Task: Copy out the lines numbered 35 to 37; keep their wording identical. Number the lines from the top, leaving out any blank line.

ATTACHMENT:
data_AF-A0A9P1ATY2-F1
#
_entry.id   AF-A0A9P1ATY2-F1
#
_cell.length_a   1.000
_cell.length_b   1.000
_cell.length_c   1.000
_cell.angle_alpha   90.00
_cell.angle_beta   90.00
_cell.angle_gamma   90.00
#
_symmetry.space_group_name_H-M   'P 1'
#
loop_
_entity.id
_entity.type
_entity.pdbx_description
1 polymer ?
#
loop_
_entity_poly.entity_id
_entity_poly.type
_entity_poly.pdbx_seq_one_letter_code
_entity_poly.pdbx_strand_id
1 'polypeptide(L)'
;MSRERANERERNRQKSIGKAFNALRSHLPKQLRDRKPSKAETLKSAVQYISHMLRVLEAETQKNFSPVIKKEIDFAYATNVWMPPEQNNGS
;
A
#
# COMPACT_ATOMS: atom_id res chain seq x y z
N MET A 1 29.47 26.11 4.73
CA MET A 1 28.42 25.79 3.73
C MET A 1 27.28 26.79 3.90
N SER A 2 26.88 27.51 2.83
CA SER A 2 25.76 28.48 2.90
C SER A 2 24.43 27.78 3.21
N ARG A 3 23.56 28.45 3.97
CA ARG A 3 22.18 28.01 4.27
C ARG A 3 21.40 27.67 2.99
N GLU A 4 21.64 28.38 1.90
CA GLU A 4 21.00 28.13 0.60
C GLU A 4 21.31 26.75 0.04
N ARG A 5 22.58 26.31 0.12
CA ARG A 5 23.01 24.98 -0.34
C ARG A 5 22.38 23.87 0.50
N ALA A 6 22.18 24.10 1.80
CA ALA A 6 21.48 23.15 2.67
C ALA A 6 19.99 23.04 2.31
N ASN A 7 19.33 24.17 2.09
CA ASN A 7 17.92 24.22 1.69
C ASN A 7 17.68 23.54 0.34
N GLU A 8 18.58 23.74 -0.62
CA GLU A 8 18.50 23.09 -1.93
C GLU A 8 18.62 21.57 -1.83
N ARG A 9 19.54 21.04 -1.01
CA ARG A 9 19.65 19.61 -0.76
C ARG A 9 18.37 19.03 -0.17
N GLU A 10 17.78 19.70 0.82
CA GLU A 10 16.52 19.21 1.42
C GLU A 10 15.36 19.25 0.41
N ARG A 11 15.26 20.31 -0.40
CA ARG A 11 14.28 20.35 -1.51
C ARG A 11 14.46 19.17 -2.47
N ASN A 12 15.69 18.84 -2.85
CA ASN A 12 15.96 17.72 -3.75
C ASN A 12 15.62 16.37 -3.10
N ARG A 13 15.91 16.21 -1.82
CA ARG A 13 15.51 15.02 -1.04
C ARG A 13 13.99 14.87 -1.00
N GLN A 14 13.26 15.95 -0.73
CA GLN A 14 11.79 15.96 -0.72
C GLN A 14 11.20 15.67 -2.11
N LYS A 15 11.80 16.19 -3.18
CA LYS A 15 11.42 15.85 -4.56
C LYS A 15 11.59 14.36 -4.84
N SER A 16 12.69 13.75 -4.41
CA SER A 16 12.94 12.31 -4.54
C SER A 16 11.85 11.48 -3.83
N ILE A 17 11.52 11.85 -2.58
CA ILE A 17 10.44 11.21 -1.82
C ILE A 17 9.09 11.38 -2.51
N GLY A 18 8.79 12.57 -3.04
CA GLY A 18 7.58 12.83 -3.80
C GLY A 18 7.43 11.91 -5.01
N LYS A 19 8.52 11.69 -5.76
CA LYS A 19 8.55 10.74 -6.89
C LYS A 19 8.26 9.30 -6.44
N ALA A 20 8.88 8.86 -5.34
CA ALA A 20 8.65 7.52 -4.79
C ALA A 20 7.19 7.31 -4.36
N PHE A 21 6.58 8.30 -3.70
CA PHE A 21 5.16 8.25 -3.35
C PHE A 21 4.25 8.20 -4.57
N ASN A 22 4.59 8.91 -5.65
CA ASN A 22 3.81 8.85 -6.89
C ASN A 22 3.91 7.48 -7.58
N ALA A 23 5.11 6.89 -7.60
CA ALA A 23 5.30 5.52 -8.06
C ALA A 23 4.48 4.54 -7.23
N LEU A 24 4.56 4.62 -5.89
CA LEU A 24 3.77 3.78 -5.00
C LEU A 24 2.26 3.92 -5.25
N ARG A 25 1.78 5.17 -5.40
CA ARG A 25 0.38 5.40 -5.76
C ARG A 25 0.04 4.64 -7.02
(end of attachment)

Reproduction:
CA SER A 2 25.76 28.48 2.90
C SER A 2 24.43 27.78 3.21
N ARG A 3 23.56 28.45 3.97